… and should be commended for it.
Readers may recall that several months ago, I lampooned The Forward for categorizing support for Sholom Rubashkin as having “exposed the vastly different worldviews that can exist inside and outside the ultra-Orthodox community” — thus categorizing Janet Reno, five other US Attorneys General, and many other non-Jewish judges and attorneys as Charedi. Now the same writer, Gal Beckerman, has taken an entirely new course, writing that “Even the ACLU Says Judge’s Action Argues for New Rubashkin Trial.”
The Forward could have ignored the story, or renewed its earlier attempt to characterize all the supporters of Rubashkin’s legal defense as either “ultra-Orthodox” Jews incapable of believing that one of their own could break the law, as Samuel Heilman put it in the earlier article (in fact, like Pollard’s supporters, all acknowledge that he did something wrong, yet question the disproportionate severity of the sentence), or those “convinced” to support him. Instead, this article focuses entirely upon non-Orthodox support for Rubashkin’s defense, with special emphasis upon the ACLU and another organization otherwise critical of both Rubashkin and Agriprocessors.
The ACLU has never been known as an ally of the Orthodox community; it is far more often found on the opposite side of a legal proceeding. The few exceptions have most often supported individual Jews whose workplace, usually the government, was attempting to impede their own observance.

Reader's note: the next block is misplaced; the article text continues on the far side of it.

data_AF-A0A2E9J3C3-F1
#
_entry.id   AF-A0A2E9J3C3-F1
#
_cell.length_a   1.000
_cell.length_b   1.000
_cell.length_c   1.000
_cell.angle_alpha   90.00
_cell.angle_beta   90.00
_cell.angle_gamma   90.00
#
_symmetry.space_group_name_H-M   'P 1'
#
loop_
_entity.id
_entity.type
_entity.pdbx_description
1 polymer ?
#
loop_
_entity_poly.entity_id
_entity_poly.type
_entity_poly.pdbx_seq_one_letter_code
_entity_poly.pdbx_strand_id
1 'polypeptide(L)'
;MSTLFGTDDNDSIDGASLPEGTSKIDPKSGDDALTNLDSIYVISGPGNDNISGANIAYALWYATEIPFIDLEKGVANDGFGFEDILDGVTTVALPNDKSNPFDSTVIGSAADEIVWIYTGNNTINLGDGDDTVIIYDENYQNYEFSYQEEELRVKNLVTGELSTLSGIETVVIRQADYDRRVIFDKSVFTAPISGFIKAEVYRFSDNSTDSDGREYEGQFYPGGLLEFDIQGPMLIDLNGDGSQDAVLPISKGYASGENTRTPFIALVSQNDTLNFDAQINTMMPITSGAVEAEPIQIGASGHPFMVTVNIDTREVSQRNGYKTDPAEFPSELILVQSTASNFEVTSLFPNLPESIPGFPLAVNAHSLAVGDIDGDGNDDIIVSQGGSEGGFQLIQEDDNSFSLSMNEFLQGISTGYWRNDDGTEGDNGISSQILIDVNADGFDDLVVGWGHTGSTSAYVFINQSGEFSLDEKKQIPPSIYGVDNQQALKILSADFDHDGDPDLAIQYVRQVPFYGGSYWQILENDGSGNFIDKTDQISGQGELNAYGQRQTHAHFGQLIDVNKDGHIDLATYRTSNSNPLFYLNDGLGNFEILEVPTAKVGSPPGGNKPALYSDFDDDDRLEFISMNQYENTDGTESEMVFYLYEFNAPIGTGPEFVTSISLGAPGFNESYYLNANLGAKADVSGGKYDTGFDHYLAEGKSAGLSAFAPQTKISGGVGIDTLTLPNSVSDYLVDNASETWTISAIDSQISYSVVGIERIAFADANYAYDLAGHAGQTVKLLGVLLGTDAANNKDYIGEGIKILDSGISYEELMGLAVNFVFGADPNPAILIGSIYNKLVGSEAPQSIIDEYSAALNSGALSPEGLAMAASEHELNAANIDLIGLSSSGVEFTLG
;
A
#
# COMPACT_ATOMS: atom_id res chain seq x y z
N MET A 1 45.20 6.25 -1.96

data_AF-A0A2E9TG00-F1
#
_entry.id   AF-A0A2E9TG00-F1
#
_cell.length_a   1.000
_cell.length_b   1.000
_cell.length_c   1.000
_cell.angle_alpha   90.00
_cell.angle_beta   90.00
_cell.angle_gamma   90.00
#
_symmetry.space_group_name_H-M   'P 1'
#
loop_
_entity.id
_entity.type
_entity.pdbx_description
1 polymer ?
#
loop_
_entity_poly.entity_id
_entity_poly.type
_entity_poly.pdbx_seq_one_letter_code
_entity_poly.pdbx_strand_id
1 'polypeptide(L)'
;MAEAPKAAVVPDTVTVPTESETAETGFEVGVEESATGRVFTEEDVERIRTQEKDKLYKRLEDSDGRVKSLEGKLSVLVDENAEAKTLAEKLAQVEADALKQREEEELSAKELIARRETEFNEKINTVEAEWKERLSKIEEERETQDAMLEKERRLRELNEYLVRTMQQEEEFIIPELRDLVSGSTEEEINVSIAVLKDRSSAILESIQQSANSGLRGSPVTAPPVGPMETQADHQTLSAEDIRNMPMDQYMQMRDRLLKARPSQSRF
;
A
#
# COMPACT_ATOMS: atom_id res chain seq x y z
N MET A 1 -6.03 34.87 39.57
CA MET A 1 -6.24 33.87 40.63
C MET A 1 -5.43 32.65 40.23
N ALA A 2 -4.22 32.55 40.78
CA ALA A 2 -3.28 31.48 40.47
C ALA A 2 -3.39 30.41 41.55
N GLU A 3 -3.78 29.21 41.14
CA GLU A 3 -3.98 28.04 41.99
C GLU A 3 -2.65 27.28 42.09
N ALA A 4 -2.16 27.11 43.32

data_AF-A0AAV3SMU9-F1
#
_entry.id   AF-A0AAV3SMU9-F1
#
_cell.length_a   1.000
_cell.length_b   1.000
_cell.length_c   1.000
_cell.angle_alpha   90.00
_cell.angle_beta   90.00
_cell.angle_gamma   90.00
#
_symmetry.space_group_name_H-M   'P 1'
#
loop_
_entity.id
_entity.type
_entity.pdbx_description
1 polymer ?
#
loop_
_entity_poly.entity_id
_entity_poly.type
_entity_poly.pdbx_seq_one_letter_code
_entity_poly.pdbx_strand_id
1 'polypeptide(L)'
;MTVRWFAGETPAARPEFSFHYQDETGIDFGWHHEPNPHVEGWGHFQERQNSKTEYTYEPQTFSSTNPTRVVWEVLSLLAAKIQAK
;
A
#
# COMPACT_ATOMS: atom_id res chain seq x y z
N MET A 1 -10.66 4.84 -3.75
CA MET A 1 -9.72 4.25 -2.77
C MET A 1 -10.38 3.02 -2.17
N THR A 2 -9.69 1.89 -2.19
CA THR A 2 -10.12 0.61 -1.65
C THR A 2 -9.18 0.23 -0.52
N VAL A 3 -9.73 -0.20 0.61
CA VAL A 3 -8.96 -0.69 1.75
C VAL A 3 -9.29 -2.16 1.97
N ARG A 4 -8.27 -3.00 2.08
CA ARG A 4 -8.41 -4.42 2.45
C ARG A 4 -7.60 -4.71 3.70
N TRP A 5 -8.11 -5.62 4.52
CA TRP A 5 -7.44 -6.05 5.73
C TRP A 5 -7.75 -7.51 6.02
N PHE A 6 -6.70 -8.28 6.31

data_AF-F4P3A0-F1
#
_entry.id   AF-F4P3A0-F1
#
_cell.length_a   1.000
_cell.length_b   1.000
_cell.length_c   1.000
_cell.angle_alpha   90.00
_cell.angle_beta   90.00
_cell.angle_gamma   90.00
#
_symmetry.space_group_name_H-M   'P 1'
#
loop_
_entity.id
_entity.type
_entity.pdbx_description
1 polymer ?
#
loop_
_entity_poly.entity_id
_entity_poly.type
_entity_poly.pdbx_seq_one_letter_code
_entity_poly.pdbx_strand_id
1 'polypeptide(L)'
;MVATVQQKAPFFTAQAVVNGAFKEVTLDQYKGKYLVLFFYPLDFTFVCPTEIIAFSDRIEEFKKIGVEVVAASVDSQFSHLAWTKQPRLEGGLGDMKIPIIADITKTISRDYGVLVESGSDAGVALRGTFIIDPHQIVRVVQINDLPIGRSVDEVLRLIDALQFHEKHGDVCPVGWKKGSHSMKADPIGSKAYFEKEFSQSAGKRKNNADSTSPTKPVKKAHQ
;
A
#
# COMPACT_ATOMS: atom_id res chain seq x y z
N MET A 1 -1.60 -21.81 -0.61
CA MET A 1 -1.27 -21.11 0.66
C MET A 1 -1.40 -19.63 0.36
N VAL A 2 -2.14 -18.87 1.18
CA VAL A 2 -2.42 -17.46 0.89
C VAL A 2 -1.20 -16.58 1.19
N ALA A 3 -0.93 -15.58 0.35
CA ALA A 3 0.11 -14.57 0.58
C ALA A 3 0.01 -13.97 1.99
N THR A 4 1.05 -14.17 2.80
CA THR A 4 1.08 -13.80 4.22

Yet the ACLU of Iowa, the Washington Legal Foundation and the National Association of Criminal Defense Lawyers all just filed amicus curiae briefs in support of the Rubashkin team’s request for a new trial. All of them criticized Judge Reade for going beyond simple logistical planning into active collaboration with prosecutors as early as 10 months before the Agriprocessors raid, in which she even discussed the prosecution strategy and intended plea offers for the workers who would be arrested.
“Judges should not be so closely involved with the prosecution,” said Ronald Rotunda, a professor of jurisprudence at Chapman University who wrote the brief for the National Association of Criminal Defense Lawyers. “A natural reading of the e-mails gives the unfortunate conclusion that the judge, having been invested in this elaborate raid, felt she had to have something to show for it.”
The article closes with another supportive quote — from Jane Ramsey, executive director of the Jewish Council on Urban Affairs, identified as another “frequent critic” of Agriprocessors. One could argue, if anything, that this article gives insufficient space to those who felt the sentence was warranted and the judge’s actions appropriate. Taken together, they do offer a more balanced picture, and The Forward and Gal Beckerman should be commended for that.